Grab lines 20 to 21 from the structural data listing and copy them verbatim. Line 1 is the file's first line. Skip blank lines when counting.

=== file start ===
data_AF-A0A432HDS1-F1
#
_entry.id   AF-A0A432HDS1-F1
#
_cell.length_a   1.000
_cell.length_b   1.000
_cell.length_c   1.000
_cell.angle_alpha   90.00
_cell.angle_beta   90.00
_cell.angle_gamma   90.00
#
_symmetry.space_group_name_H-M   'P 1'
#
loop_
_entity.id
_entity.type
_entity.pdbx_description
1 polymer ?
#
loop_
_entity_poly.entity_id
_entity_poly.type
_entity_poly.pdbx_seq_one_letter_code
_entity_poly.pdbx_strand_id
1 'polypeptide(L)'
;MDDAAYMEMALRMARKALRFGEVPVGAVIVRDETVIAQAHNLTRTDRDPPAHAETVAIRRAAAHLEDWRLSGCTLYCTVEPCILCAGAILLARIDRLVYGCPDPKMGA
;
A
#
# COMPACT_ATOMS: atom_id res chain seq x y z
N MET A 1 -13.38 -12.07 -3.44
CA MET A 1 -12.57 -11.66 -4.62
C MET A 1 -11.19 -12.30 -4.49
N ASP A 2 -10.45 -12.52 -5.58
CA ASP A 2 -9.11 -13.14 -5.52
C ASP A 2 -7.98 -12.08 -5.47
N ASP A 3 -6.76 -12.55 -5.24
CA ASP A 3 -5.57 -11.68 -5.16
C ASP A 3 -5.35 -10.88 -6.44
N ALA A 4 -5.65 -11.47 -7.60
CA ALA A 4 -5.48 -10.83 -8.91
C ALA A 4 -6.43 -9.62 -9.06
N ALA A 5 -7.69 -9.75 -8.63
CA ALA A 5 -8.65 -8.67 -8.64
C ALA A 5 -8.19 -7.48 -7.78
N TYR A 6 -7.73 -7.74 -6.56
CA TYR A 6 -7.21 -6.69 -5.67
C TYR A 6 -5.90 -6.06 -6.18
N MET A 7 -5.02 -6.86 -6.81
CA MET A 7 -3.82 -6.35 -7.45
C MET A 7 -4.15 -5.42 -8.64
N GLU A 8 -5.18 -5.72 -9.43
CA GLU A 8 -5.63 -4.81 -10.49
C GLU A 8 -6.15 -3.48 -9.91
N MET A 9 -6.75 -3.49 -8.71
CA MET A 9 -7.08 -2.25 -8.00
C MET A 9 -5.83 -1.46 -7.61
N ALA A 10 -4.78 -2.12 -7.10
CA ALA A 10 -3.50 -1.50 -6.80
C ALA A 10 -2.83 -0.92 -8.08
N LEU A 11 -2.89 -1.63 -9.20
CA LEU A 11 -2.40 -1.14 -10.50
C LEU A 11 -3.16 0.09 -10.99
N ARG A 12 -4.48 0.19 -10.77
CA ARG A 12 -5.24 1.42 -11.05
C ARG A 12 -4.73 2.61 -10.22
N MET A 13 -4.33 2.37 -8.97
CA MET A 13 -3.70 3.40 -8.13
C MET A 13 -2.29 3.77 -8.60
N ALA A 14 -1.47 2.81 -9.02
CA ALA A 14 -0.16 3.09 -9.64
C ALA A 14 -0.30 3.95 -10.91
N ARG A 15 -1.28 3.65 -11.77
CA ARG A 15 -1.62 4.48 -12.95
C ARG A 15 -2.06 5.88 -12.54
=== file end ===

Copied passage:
loop_
_entity_poly.entity_id